Competing for business against other contractors is tough enough but there are two factors that can make the effort more challenging, worker’s compensation and the unemployment tax rate. The former is for another day but the state specific unemployment rate otherwise known as SUTA has held my attention for some time. It can sneak up on you and defy your efforts to generate a labor estimate on next project bid that has an acceptable profit margin.
Depending upon the situation and in what state you pursue your next project you can find your company saddled with a heavier labor burden than you had the last time you worked in that state. The fact that the SUTA rate is not calculated the same in all states doesn’t help. There are a number of factors that contribute to the “adjustments” a state can make to this figure; is the business a construction or non-construction company, what is the length of time your company has done business in the state and what are the amount of benefits that you have paid previous employees who have drawn on your unemployment insurance relative to your total payroll in the state. Of course, there may be other things influencing your SUTA rate in any given state. I highly recommend a consultation with an attorney or CPA licensed in the state in which you are bidding business if knowing the details of what is affecting your SUTA rate there is critical to your pricing strategy there. The bottom line is that your SUTA rate can change drastically, impacting positively or negatively your competitive pricing position in a bid battle and profit margin on a project.
I learned the hard way that if you only have just the personnel needed in a state for a particular project and then leave the state for the rest of the year after the project that you can find yourself with a whopping SUTA rate for the next several years. All it took was one person filing for unemployment due to a lay-off at an individual worksite and my labor burden was torpedoed for three years which is usually the amount of time it takes for an individual unemployment filing to leave the state books. I am glad I didn’t have more former employees file against me! That was a lesson I learned the hard way that unless I was simply going to cease doing business in a state for several years after a project was over I had to come up with a better plan. Taking on projects in various locales away from a company’s main market concentration carries with it this additional risk: Personnel hired locally for the project will be laid off at some point and will then file for unemployment benefits from your company.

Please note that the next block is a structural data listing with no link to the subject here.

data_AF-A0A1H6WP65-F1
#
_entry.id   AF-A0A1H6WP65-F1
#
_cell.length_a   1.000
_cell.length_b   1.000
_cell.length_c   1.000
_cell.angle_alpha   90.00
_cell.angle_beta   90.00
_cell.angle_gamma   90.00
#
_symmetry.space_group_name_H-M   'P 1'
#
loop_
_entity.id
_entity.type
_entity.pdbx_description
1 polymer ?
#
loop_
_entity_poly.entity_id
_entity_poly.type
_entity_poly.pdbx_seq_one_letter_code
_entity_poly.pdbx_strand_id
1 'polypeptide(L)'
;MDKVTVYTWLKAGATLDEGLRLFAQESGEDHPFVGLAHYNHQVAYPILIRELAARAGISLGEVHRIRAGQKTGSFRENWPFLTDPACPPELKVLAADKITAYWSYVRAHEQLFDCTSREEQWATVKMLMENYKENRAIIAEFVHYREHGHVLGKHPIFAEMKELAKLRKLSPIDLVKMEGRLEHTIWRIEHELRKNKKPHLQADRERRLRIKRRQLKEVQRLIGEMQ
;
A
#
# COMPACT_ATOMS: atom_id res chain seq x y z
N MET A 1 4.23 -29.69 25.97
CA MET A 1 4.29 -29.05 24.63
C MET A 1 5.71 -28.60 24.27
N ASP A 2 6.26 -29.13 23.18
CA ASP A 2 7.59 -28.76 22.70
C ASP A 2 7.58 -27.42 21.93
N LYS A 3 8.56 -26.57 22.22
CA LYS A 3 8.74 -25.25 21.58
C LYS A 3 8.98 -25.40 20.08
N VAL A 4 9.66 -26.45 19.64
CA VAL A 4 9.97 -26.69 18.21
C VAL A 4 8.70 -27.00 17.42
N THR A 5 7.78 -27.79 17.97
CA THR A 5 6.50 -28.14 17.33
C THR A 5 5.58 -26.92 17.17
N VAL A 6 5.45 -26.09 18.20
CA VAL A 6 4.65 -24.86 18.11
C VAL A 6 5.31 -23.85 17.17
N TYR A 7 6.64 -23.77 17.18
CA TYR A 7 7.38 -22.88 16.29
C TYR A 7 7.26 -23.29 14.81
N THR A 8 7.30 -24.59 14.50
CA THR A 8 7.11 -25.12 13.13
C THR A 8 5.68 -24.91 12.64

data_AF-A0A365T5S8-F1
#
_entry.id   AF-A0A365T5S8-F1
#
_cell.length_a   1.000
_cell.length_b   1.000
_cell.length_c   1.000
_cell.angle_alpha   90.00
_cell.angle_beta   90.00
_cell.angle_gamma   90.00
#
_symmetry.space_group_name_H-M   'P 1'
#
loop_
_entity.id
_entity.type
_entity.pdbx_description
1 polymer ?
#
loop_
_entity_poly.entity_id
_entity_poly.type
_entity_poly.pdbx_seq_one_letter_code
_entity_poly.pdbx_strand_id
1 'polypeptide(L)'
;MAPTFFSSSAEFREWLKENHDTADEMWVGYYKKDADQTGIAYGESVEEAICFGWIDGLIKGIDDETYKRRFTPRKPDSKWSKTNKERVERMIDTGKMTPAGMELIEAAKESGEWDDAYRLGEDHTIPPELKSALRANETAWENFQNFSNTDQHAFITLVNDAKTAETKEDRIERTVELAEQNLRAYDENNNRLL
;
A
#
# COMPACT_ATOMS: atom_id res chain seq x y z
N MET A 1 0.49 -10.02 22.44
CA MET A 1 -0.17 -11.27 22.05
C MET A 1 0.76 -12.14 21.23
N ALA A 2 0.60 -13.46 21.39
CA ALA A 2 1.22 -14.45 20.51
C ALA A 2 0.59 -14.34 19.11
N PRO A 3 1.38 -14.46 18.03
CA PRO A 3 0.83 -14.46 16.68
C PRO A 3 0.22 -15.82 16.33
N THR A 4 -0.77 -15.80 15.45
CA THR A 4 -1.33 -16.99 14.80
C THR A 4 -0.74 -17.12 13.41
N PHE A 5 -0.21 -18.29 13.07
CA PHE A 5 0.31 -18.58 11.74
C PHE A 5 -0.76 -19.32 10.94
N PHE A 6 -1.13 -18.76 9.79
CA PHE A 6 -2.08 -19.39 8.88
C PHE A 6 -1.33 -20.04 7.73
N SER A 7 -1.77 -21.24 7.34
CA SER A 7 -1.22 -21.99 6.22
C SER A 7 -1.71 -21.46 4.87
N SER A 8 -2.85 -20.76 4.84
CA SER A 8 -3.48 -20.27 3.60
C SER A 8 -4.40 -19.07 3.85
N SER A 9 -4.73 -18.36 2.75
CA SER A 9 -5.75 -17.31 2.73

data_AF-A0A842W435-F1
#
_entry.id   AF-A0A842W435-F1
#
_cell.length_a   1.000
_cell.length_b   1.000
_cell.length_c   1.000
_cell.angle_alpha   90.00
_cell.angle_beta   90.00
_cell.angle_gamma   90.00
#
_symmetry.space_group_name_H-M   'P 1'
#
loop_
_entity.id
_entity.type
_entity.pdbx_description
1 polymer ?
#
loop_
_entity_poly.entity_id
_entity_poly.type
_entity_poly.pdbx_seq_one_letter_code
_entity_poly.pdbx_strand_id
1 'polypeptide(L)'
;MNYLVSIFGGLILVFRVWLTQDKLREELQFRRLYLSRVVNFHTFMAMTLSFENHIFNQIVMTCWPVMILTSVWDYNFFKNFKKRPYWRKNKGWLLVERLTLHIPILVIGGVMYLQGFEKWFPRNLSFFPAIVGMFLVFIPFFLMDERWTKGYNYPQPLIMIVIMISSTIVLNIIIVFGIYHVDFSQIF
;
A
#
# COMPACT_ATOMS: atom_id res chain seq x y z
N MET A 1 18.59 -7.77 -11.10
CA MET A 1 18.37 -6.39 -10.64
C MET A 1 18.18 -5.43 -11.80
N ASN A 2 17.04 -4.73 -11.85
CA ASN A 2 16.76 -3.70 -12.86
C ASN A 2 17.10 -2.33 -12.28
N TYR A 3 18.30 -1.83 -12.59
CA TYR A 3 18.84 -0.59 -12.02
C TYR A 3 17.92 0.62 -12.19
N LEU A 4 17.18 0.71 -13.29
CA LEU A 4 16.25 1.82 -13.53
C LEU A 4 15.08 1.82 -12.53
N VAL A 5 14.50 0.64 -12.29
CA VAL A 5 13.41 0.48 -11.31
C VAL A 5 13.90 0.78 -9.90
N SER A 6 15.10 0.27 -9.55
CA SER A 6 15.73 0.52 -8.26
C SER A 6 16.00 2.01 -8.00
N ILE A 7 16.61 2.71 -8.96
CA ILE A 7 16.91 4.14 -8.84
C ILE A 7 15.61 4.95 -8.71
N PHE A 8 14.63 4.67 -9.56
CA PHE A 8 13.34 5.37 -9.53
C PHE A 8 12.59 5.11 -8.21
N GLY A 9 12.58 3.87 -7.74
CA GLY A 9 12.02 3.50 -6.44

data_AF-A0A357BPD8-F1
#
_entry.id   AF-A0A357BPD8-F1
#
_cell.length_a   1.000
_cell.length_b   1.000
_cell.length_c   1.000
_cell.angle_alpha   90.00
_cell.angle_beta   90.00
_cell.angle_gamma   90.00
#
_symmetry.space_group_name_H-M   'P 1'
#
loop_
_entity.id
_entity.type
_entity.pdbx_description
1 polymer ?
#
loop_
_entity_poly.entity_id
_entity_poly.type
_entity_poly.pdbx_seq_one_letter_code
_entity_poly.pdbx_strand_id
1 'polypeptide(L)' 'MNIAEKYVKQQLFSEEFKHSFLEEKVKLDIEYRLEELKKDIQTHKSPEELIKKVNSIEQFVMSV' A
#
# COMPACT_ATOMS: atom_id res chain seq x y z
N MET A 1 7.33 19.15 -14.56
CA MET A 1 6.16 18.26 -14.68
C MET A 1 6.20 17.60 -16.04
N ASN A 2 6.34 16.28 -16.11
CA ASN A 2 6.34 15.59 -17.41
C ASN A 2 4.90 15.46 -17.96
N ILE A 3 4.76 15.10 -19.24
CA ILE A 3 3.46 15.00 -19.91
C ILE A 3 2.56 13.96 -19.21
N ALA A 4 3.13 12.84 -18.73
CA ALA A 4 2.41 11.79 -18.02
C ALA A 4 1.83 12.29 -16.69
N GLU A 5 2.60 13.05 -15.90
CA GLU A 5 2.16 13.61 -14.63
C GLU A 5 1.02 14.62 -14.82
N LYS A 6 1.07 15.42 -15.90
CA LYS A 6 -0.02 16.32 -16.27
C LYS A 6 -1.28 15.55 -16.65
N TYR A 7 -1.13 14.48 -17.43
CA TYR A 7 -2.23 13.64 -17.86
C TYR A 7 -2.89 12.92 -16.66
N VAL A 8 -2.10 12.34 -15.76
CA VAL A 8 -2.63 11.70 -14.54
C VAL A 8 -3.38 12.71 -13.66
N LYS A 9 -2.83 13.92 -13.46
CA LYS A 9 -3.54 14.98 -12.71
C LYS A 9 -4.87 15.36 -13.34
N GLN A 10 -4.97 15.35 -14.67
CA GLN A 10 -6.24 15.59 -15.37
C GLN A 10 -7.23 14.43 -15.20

As a construction company you have a few options to protect that part of the labor burden. First, if competitive margins allow there is always the option of bringing in the company’s own team. Of course, this means providing housing and per diem. Again, this is a good choice if the margins will bear it and local projects don’t have the labor you need busy elsewhere. Another option is to hire personnel local to a worksite with the plan and keep them on your payroll to travel to other projects when the initial project is completed. Some of the contractors do this and so long as they have projects that can keep these employees busy and the employees don’t decide they can no longer travel everything will go smoothly. Unfortunately, in many states the unemployment commission deputies may view leaving a company due to it requiring travel from home as a valid reason to draw unemployment. A third option is to partner with a staffing firm that has experience with providing personnel in construction.
Obtaining tradesmen and other skilled people from a staffing firm will free your company from the potential of a SUTA rate increase generated by lay-offs at the end of the project. There are other benefits to partnering with a staffing firm to obtain labor for specific projects but that is also a topic for another day. At this point it is enough to know that if you can obtain talented personnel that work well with your regular team and get the job done without it risking a SUTA rate increase at the end of the project you are ahead of the game. Your labor burden will not suffer because you wanted to take that project 200 miles from home. After all, we all want to do business in a way that does not reduce our margins or make it more difficult to do business in the future.